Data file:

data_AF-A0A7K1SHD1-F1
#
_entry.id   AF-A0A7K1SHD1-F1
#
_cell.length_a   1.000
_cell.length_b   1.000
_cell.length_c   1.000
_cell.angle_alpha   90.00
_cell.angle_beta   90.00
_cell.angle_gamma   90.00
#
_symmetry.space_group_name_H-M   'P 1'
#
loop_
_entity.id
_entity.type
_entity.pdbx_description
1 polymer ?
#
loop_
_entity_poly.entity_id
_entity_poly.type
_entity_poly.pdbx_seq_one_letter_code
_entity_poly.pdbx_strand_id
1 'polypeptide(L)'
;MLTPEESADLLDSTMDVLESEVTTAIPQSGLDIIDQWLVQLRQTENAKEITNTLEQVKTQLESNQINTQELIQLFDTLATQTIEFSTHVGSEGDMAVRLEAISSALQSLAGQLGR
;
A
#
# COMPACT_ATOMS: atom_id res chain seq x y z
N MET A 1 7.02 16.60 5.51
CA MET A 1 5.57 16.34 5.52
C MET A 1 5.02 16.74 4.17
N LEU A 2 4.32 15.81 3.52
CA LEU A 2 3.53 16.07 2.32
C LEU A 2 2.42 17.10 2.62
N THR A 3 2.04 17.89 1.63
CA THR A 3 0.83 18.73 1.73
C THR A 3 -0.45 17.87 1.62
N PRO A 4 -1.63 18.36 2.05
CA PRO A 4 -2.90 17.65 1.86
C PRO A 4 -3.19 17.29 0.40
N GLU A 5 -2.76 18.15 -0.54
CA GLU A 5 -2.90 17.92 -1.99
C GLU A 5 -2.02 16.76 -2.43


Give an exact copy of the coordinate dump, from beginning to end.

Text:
data_AF-A0A7K1SHD1-F1
#
_entry.id   AF-A0A7K1SHD1-F1
#
_cell.length_a   1.000
_cell.length_b   1.000
_cell.length_c   1.000
_cell.angle_alpha   90.00
_cell.angle_beta   90.00
_cell.angle_gamma   90.00
#
_symmetry.space_group_name_H-M   'P 1'
#
loop_
_entity.id
_entity.type
_entity.pdbx_description
1 polymer ?
#
loop_
_entity_poly.entity_id
_entity_poly.type
_entity_poly.pdbx_seq_one_letter_code
_entity_poly.pdbx_strand_id
1 'polypeptide(L)'
;MLTPEESADLLDSTMDVLESEVTTAIPQSGLDIIDQWLVQLRQTENAKEITNTLEQVKTQLESNQINTQELIQLFDTLATQTIEFSTHVGSEGDMAVRLEAISSALQSLAGQLGR
;
A
#
# COMPACT_ATOMS: atom_id res chain seq x y z
N MET A 1 7.02 16.60 5.51
CA MET A 1 5.57 16.34 5.52
C MET A 1 5.02 16.74 4.17
N LEU A 2 4.32 15.81 3.52
CA LEU A 2 3.53 16.07 2.32
C LEU A 2 2.42 17.10 2.62
N THR A 3 2.04 17.89 1.63
CA THR A 3 0.83 18.73 1.73
C THR A 3 -0.45 17.87 1.62
N PRO A 4 -1.63 18.36 2.05
CA PRO A 4 -2.90 17.65 1.86
C PRO A 4 -3.19 17.29 0.40
N GLU A 5 -2.76 18.15 -0.54
CA GLU A 5 -2.90 17.92 -1.99
C GLU A 5 -2.02 16.76 -2.43